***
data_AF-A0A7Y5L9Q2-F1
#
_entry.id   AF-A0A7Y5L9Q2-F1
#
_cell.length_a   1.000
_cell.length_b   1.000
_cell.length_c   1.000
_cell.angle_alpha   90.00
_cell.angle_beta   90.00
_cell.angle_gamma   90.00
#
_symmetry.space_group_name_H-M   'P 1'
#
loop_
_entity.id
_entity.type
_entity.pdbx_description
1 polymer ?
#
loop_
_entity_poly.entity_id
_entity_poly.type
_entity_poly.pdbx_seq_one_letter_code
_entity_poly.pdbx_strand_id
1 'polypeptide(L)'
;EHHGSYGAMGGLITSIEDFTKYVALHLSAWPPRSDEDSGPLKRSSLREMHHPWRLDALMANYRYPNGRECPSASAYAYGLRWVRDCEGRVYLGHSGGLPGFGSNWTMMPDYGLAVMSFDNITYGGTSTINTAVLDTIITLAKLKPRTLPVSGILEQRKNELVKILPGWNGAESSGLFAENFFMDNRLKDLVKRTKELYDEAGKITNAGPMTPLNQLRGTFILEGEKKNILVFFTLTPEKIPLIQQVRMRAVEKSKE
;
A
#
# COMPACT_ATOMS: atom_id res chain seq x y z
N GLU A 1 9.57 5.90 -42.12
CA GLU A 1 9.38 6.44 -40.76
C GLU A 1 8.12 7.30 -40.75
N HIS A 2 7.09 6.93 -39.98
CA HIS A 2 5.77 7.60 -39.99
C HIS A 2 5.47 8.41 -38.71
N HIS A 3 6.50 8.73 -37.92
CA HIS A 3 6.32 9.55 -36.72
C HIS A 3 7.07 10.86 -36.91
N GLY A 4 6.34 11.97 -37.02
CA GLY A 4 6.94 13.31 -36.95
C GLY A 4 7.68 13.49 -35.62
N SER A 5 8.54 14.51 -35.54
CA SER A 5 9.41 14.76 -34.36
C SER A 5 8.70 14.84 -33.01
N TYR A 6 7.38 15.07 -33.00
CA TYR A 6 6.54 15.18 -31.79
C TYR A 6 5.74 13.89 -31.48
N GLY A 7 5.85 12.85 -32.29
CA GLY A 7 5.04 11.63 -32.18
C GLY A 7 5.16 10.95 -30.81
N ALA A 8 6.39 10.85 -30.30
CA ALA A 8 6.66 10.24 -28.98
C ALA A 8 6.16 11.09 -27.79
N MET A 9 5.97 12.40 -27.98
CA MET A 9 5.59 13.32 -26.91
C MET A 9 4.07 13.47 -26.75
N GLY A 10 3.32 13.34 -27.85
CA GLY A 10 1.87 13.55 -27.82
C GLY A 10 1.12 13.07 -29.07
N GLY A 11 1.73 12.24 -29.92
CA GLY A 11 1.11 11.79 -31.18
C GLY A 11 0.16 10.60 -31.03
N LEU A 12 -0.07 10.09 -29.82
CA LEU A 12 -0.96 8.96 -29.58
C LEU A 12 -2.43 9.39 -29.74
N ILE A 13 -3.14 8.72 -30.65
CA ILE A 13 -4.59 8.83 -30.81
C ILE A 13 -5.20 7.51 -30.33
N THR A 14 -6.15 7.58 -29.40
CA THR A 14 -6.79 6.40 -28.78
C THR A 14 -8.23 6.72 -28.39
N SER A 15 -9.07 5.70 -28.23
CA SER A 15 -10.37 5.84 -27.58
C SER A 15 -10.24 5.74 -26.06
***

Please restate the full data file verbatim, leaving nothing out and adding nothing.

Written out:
data_AF-A0A7Y5L9Q2-F1
#
_entry.id   AF-A0A7Y5L9Q2-F1
#
_cell.length_a   1.000
_cell.length_b   1.000
_cell.length_c   1.000
_cell.angle_alpha   90.00
_cell.angle_beta   90.00
_cell.angle_gamma   90.00
#
_symmetry.space_group_name_H-M   'P 1'
#
loop_
_entity.id
_entity.type
_entity.pdbx_description
1 polymer ?
#
loop_
_entity_poly.entity_id
_entity_poly.type
_entity_poly.pdbx_seq_one_letter_code
_entity_poly.pdbx_strand_id
1 'polypeptide(L)'
;EHHGSYGAMGGLITSIEDFTKYVALHLSAWPPRSDEDSGPLKRSSLREMHHPWRLDALMANYRYPNGRECPSASAYAYGLRWVRDCEGRVYLGHSGGLPGFGSNWTMMPDYGLAVMSFDNITYGGTSTINTAVLDTIITLAKLKPRTLPVSGILEQRKNELVKILPGWNGAESSGLFAENFFMDNRLKDLVKRTKELYDEAGKITNAGPMTPLNQLRGTFILEGEKKNILVFFTLTPEKIPLIQQVRMRAVEKSKE
;
A
#
# COMPACT_ATOMS: atom_id res chain seq x y z
N GLU A 1 9.57 5.90 -42.12
CA GLU A 1 9.38 6.44 -40.76
C GLU A 1 8.12 7.30 -40.75
N HIS A 2 7.09 6.93 -39.98
CA HIS A 2 5.77 7.60 -39.99
C HIS A 2 5.47 8.41 -38.71
N HIS A 3 6.50 8.73 -37.92
CA HIS A 3 6.32 9.55 -36.72
C HIS A 3 7.07 10.86 -36.91
N GLY A 4 6.34 11.97 -37.02
CA GLY A 4 6.94 13.31 -36.95
C GLY A 4 7.68 13.49 -35.62
N SER A 5 8.54 14.51 -35.54
CA SER A 5 9.41 14.76 -34.36
C SER A 5 8.70 14.84 -33.01
N TYR A 6 7.38 15.07 -33.00
CA TYR A 6 6.54 15.18 -31.79
C TYR A 6 5.74 13.89 -31.48
N GLY A 7 5.85 12.85 -32.29
CA GLY A 7 5.04 11.63 -32.18
C GLY A 7 5.16 10.95 -30.81
N ALA A 8 6.39 10.85 -30.30
CA ALA A 8 6.66 10.24 -28.98
C ALA A 8 6.16 11.09 -27.79
N MET A 9 5.97 12.40 -27.98
CA MET A 9 5.59 13.32 -26.91
C MET A 9 4.07 13.47 -26.75
N GLY A 10 3.32 13.34 -27.85
CA GLY A 10 1.87 13.55 -27.82
C GLY A 10 1.12 13.07 -29.07
N GLY A 11 1.73 12.24 -29.92
CA GLY A 11 1.11 11.79 -31.18
C GLY A 11 0.16 10.60 -31.03
N LEU A 12 -0.07 10.09 -29.82
CA LEU A 12 -0.96 8.96 -29.58
C LEU A 12 -2.43 9.39 -29.74
N ILE A 13 -3.14 8.72 -30.65
CA ILE A 13 -4.59 8.83 -30.81
C ILE A 13 -5.20 7.51 -30.33
N THR A 14 -6.15 7.58 -29.40
CA THR A 14 -6.79 6.40 -28.78
C THR A 14 -8.23 6.72 -28.39
N SER A 15 -9.07 5.70 -28.23
CA SER A 15 -10.37 5.84 -27.58
C SER A 15 -10.24 5.74 -26.06